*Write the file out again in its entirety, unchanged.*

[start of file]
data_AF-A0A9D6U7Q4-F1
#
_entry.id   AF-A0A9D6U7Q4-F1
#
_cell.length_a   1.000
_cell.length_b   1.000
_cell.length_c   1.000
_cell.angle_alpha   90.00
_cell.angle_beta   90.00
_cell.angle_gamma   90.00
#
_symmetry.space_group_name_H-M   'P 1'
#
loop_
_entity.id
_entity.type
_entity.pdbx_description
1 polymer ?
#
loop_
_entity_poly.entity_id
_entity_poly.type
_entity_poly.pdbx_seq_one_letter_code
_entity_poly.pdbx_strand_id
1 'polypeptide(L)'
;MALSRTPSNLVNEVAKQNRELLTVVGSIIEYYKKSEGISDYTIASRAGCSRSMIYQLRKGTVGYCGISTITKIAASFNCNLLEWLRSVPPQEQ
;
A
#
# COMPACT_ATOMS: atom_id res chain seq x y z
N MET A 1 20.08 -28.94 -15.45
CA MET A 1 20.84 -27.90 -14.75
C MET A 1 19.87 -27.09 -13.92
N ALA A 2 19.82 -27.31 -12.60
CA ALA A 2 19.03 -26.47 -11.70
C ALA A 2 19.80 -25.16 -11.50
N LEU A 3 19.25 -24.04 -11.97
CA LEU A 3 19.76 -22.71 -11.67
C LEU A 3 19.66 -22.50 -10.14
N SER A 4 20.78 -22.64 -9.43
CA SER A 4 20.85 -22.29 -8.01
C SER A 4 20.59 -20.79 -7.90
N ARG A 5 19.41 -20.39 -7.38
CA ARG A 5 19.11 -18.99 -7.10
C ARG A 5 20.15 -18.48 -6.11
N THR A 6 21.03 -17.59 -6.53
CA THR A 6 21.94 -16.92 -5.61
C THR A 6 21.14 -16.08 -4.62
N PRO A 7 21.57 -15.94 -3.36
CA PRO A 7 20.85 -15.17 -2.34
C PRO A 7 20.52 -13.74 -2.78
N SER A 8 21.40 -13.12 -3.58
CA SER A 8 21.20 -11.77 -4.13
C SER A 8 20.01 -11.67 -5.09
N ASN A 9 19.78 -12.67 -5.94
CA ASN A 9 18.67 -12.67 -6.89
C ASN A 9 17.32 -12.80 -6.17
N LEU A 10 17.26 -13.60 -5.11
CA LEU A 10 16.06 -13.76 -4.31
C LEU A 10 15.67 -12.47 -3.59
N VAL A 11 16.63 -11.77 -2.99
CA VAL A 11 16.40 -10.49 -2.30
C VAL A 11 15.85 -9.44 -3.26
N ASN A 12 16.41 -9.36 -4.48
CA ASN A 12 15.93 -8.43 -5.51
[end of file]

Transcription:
data_AF-A0A9D6U7Q4-F1
#
_entry.id   AF-A0A9D6U7Q4-F1
#
_cell.length_a   1.000
_cell.length_b   1.000
_cell.length_c   1.000
_cell.angle_alpha   90.00
_cell.angle_beta   90.00
_cell.angle_gamma   90.00
#
_symmetry.space_group_name_H-M   'P 1'
#
loop_
_entity.id
_entity.type
_entity.pdbx_description
1 polymer ?
#
loop_
_entity_poly.entity_id
_entity_poly.type
_entity_poly.pdbx_seq_one_letter_code
_entity_poly.pdbx_strand_id
1 'polypeptide(L)'
;MALSRTPSNLVNEVAKQNRELLTVVGSIIEYYKKSEGISDYTIASRAGCSRSMIYQLRKGTVGYCGISTITKIAASFNCNLLEWLRSVPPQEQ
;
A
#
# COMPACT_ATOMS: atom_id res chain seq x y z
N MET A 1 20.08 -28.94 -15.45
CA MET A 1 20.84 -27.90 -14.75
C MET A 1 19.87 -27.09 -13.92
N ALA A 2 19.82 -27.31 -12.60
CA ALA A 2 19.03 -26.47 -11.70
C ALA A 2 19.80 -25.16 -11.50
N LEU A 3 19.25 -24.04 -11.97
CA LEU A 3 19.76 -22.71 -11.67
C LEU A 3 19.66 -22.50 -10.14
N SER A 4 20.78 -22.64 -9.43
CA SER A 4 20.85 -22.29 -8.01
C SER A 4 20.59 -20.79 -7.90
N ARG A 5 19.41 -20.39 -7.38
CA ARG A 5 19.11 -18.99 -7.10
C ARG A 5 20.15 -18.48 -6.11
N THR A 6 21.03 -17.59 -6.53
CA THR A 6 21.94 -16.92 -5.61
C THR A 6 21.14 -16.08 -4.62
N PRO A 7 21.57 -15.94 -3.36
CA PRO A 7 20.85 -15.17 -2.34
C PRO A 7 20.52 -13.74 -2.78
N SER A 8 21.40 -13.12 -3.58
CA SER A 8 21.20 -11.77 -4.13
C SER A 8 20.01 -11.67 -5.09
N ASN A 9 19.78 -12.67 -5.94
CA ASN A 9 18.67 -12.67 -6.89
C ASN A 9 17.32 -12.80 -6.17
N LEU A 10 17.26 -13.60 -5.11
CA LEU A 10 16.06 -13.76 -4.31
C LEU A 10 15.67 -12.47 -3.59
N VAL A 11 16.63 -11.77 -2.99
CA VAL A 11 16.40 -10.49 -2.30
C VAL A 11 15.85 -9.44 -3.26
N ASN A 12 16.41 -9.36 -4.48
CA ASN A 12 15.93 -8.43 -5.51